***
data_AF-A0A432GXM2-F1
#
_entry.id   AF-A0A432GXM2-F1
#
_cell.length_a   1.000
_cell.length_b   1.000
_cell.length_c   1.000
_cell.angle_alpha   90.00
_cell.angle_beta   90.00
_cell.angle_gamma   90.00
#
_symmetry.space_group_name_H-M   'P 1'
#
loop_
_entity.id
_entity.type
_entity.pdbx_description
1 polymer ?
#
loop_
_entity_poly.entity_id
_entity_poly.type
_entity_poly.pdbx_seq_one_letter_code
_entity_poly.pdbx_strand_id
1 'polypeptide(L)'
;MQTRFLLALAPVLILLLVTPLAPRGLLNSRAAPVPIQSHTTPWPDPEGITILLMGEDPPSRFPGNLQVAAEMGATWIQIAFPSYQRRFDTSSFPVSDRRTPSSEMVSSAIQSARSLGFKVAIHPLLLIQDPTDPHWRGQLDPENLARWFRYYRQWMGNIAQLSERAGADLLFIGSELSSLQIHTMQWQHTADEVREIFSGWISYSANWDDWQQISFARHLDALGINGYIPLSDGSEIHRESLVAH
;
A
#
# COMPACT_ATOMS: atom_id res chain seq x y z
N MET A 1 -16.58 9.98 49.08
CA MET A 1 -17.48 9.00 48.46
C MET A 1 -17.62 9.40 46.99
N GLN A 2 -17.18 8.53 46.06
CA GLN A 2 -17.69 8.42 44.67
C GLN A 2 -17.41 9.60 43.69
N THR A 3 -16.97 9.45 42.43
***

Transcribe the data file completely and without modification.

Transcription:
data_AF-A0A432GXM2-F1
#
_entry.id   AF-A0A432GXM2-F1
#
_cell.length_a   1.000
_cell.length_b   1.000
_cell.length_c   1.000
_cell.angle_alpha   90.00
_cell.angle_beta   90.00
_cell.angle_gamma   90.00
#
_symmetry.space_group_name_H-M   'P 1'
#
loop_
_entity.id
_entity.type
_entity.pdbx_description
1 polymer ?
#
loop_
_entity_poly.entity_id
_entity_poly.type
_entity_poly.pdbx_seq_one_letter_code
_entity_poly.pdbx_strand_id
1 'polypeptide(L)'
;MQTRFLLALAPVLILLLVTPLAPRGLLNSRAAPVPIQSHTTPWPDPEGITILLMGEDPPSRFPGNLQVAAEMGATWIQIAFPSYQRRFDTSSFPVSDRRTPSSEMVSSAIQSARSLGFKVAIHPLLLIQDPTDPHWRGQLDPENLARWFRYYRQWMGNIAQLSERAGADLLFIGSELSSLQIHTMQWQHTADEVREIFSGWISYSANWDDWQQISFARHLDALGINGYIPLSDGSEIHRESLVAH
;
A
#
# COMPACT_ATOMS: atom_id res chain seq x y z
N MET A 1 -16.58 9.98 49.08
CA MET A 1 -17.48 9.00 48.46
C MET A 1 -17.62 9.40 46.99
N GLN A 2 -17.18 8.53 46.06
CA GLN A 2 -17.69 8.42 44.67
C GLN A 2 -17.41 9.60 43.69
N THR A 3 -16.97 9.45 42.43